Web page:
With our detox heading into the weekend, A & I knew we were going to have to make some careful choices. Our weekend dining adventures usually take us furthest off the path of healthy eating- there's just so much scrumptious food calling our names! While we typically embrace the indulgences, this weekend we decided to try out the popular vegan restaurant Horizons, just off South Street. While vegan food should never automatically be designated as healthy, Horizons seems to have a fresh perspective that we felt we could work with.
The two story building has somewhat of a Southwest/farmhouse vibe from the outside, while the inside is part soothing (waterfalls, soft lighting), part natural (color schemes/artwork/music selection), and part upscale (swanky microsuede seating)- yes, I think the word that best describes the place is "eclectic." The decor doesn't deter the diners- it was packed the entire time we were there, and they can fit a good number of people. Calling in a reservation earlier in the week was a little tough- the most popular dining times for Friday were all booked up.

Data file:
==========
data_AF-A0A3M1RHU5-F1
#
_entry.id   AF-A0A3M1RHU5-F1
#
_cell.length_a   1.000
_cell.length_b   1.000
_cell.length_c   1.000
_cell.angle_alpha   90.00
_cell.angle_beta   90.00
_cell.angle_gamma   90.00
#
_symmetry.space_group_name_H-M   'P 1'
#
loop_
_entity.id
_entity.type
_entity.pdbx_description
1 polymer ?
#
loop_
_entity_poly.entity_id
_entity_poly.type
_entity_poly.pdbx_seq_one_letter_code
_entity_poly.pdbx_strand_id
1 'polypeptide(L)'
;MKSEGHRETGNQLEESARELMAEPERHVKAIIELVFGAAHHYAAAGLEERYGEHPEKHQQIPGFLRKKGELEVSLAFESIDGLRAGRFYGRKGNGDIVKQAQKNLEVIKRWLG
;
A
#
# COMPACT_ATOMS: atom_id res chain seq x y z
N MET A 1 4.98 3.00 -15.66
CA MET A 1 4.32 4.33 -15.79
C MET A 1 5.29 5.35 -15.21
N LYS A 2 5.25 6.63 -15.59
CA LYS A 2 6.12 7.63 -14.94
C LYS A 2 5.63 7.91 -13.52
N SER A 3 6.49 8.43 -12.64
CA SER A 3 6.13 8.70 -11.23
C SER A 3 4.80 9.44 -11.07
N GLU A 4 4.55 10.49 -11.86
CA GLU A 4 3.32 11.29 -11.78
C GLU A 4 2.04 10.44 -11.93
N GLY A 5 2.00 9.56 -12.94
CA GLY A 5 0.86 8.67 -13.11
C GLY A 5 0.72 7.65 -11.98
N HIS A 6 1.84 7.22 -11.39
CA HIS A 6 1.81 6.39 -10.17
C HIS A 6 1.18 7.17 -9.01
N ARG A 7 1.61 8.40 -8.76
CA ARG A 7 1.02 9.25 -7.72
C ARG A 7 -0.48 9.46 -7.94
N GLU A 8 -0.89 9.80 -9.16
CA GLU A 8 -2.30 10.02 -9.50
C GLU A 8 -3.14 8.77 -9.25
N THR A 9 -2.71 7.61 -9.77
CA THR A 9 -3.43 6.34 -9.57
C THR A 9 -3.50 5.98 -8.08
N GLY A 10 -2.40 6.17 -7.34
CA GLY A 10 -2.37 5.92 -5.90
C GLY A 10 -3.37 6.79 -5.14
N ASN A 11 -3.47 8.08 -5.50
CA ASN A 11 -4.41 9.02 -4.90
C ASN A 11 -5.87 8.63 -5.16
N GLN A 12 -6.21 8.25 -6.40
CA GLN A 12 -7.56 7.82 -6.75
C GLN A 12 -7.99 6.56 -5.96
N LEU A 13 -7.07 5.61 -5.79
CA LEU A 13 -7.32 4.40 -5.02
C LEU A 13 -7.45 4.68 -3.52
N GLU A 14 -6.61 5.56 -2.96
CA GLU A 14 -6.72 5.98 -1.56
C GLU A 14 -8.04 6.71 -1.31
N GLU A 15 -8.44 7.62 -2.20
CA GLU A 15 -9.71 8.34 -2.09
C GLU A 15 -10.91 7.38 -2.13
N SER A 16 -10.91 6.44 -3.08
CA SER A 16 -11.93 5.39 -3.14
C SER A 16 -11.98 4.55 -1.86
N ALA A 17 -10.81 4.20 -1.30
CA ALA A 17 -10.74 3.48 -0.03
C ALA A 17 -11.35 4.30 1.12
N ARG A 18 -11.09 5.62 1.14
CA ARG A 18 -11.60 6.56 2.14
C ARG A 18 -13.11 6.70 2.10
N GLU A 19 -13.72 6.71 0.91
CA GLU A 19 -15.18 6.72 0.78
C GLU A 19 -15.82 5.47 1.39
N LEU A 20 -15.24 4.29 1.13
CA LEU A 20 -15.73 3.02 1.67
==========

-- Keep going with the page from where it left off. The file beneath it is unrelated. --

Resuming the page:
We were seated upstairs and almost immediately given a conical basket of sliced focaccia. After a week without bread, you can imagine I had quite a hankering, and this was an excellent way to break the bread fast. Fluffy and buttery with a touch of salt on the crust- perfect start to the meal, as well as a little something to munch on between courses.
My bread deprivation was also the primary motivator for me to order the Bahn Mi Bruschetta ($9). Four slices of soft baguette- not too toasted, staying true to a real bahn mi- were topped by a spread of creamy aioli, crispy pieces of fried tofu and a spicy slaw. Though cilantro and jalapeno played primary roles, each component was detectable, coming together to form a really flavorful dish. The impressive part of this dish (and everything we tried) was that it was vegan- bahn mi's typically incorporate mayo and meat, while coleslaw is also made with mayo. Honestly, no one would ever know that this rendition was missing these somewhat critical components- the dish was a complete as it was going to get.